Stan Herd earthwork urges relocation of 1,105-acre solar project proposed for north of Lawrence

photo by: Contributed

A new Stan Herd earthwork, now visible from the north side of Interstate 70 between East 1500 and East 1600 roads, calls for the relocation of the Kansas Sky Energy Center project. The utility-scale solar facility is proposed for 1,105 acres in the Midland Junction area, about 2.5 miles north of the North Lawrence interchange, and opponents of the project have said the high-quality farmland that makes up some of the project area is not a suitable location.

A group of local farmers has partnered with earthwork artist Stan Herd to create a work urging the relocation of a utility-scale solar energy project proposed for 1,105 acres just north of Lawrence.

The art installation — visible from the north side of Interstate 70 between East 1500 and East 1600 roads, not far from the proposed site of the project in the Midland Junction area about 2.5 miles north of the North Lawrence interchange — is the latest statement in the conversation around the Kansas Sky Energy Center, which is being designed by Kansas City energy firm Savion.

photo by: Contributed

Another view of the new Stan Herd earthwork calling for the relocation of the Kansas Sky Energy Center project.

By next weekend, it could become the first utility-scale renewable energy project in Douglas County. County leaders will consider approving a conditional use permit application for the project at a special meeting Saturday, April 13, at 9 a.m. If it’s approved, public utility operator Evergy will own and operate the facility.

Location has been a key issue for opponents of the project, predominantly because of the type of land the project is aiming to be located on. That’s called out in Herd’s earthwork, which reads “Save Prime Farmland” and “Relocate Utility Solar.”

Prime farmland is considered some of the highest-rated and most productive farm ground in the county, and this project would cover 312 acres of it with solar panels.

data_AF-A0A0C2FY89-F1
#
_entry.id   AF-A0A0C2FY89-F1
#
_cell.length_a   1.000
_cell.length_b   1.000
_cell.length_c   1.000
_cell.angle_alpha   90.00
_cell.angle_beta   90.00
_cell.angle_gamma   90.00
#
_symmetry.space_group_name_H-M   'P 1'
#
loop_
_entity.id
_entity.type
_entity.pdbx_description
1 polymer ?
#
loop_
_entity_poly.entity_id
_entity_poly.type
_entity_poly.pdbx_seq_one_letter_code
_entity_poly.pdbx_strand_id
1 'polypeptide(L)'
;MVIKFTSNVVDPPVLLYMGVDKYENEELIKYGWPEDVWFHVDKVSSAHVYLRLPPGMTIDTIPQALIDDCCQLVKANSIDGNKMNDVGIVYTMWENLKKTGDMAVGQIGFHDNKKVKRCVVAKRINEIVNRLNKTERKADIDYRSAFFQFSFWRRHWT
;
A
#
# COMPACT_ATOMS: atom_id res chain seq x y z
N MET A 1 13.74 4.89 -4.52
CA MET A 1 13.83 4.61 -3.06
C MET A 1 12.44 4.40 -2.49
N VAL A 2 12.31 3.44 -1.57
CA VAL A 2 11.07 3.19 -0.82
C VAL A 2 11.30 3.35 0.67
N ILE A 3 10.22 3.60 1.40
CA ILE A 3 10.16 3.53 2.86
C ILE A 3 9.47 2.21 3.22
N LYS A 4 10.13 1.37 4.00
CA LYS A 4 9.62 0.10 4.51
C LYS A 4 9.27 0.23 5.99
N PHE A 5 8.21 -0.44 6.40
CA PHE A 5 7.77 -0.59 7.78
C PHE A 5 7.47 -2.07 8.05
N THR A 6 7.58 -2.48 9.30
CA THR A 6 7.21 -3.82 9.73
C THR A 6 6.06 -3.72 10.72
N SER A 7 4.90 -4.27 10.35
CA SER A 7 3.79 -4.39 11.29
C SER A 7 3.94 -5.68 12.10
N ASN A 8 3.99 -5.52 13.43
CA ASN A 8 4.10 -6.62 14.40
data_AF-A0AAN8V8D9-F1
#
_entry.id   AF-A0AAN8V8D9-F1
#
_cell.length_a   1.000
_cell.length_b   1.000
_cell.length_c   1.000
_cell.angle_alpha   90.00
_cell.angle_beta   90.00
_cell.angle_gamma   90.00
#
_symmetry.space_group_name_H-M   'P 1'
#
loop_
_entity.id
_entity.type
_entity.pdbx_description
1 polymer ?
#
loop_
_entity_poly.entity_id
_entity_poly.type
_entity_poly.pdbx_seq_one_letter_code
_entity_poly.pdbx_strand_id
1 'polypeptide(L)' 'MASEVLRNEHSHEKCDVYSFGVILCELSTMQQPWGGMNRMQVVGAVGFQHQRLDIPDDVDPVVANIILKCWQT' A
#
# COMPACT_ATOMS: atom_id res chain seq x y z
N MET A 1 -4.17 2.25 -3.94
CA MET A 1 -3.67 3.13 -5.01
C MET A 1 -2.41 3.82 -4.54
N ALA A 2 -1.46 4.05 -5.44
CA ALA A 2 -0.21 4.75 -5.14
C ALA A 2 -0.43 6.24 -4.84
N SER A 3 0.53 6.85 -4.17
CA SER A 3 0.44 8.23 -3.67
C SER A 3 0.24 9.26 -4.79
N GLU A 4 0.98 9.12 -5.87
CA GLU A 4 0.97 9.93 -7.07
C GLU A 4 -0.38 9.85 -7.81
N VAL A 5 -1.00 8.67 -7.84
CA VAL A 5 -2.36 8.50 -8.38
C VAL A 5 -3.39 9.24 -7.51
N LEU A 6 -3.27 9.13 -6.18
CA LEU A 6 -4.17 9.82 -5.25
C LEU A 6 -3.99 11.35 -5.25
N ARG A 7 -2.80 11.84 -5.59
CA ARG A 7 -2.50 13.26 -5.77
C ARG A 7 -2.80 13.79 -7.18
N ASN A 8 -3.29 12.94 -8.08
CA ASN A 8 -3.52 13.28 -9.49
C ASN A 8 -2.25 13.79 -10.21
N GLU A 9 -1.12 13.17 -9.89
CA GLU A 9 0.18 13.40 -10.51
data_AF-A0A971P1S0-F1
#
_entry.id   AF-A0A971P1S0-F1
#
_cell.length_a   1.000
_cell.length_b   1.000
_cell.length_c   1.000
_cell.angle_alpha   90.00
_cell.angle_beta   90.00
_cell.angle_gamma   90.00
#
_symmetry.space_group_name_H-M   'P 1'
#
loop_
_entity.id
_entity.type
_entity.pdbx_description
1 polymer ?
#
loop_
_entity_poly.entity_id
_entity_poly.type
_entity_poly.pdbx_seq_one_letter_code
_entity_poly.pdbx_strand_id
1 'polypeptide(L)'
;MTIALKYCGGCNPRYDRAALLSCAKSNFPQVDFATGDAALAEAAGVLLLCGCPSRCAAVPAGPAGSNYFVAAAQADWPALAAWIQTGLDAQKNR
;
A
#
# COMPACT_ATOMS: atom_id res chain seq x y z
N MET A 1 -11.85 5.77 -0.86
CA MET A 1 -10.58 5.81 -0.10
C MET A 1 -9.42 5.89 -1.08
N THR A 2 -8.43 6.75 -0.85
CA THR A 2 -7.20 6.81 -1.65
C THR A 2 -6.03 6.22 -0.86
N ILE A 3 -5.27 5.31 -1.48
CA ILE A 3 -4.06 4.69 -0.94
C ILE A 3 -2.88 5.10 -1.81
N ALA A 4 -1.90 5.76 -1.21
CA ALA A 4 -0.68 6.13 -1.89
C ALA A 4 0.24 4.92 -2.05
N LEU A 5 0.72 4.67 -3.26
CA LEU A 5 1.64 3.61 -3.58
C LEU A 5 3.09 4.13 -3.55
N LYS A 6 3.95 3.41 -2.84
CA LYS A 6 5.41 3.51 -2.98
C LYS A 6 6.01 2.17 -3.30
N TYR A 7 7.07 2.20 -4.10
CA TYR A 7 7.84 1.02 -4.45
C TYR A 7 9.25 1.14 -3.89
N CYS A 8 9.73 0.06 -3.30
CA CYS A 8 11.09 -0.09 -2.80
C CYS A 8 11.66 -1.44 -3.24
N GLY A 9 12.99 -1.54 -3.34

Herd, who moved to Lawrence 35 years ago and quickly fell in love with the area north of the city, falls into the camp of community members who don’t want to see that happen. His earthwork makes use of some of the same types of soil in question and has been installed in a field owned by Pines International Inc., a Lawrence-based organic grower and supplier of wheatgrass supplements, that’s being transitioned to growing organic wheat.

“The idea of losing all of that ground to something more industrial, when that utilitarian application could be on any ground — there’s 50 times more ground (in the county) that would be suitable for that than this ground — it was easy for me to just jump in with my friends up there and say, ‘Hey, if I can do something to help, let’s do it,'” Herd told the Journal-World Friday.

Herd added that he’s a “big supporter” of solar and other alternative energies, but disagreed with placing them on top of the “best farm ground in the state.”

Herd told the Journal-World that the earthwork was being finished up Friday, 10 days after he worked with the group to design it. Getting involved meant working around what’s already a busy schedule for the prolific artist; Herd said he’s been juggling projects in New York, Atlanta, Brazil and China, but it was an easy decision to take a pause and create this piece.

“It’s not just a value to us now — it’s a value to us 100 years from now,” Herd said. “… Solar is important, wind is important, (but) it needs to be in the right place.”

Another collaborator in the project is the “Save Our Soils” group, which has previously spoken out against the project’s location and maintained that prime farmland should be preserved for only agricultural use. That group has proposed that the solar facility be relocated to less agriculturally productive marginal lands.

The project’s developers, meanwhile, have recently characterized the amount of high-quality farmland in the project area as negligible compared to the rest of Douglas County.

At a Douglas County Commission work session about the project in late March, for example, one member of Savion’s project team told commissioners that only about 3% of the approximately 103,000 acres of high-quality farmland throughout Douglas County is located in the project area.


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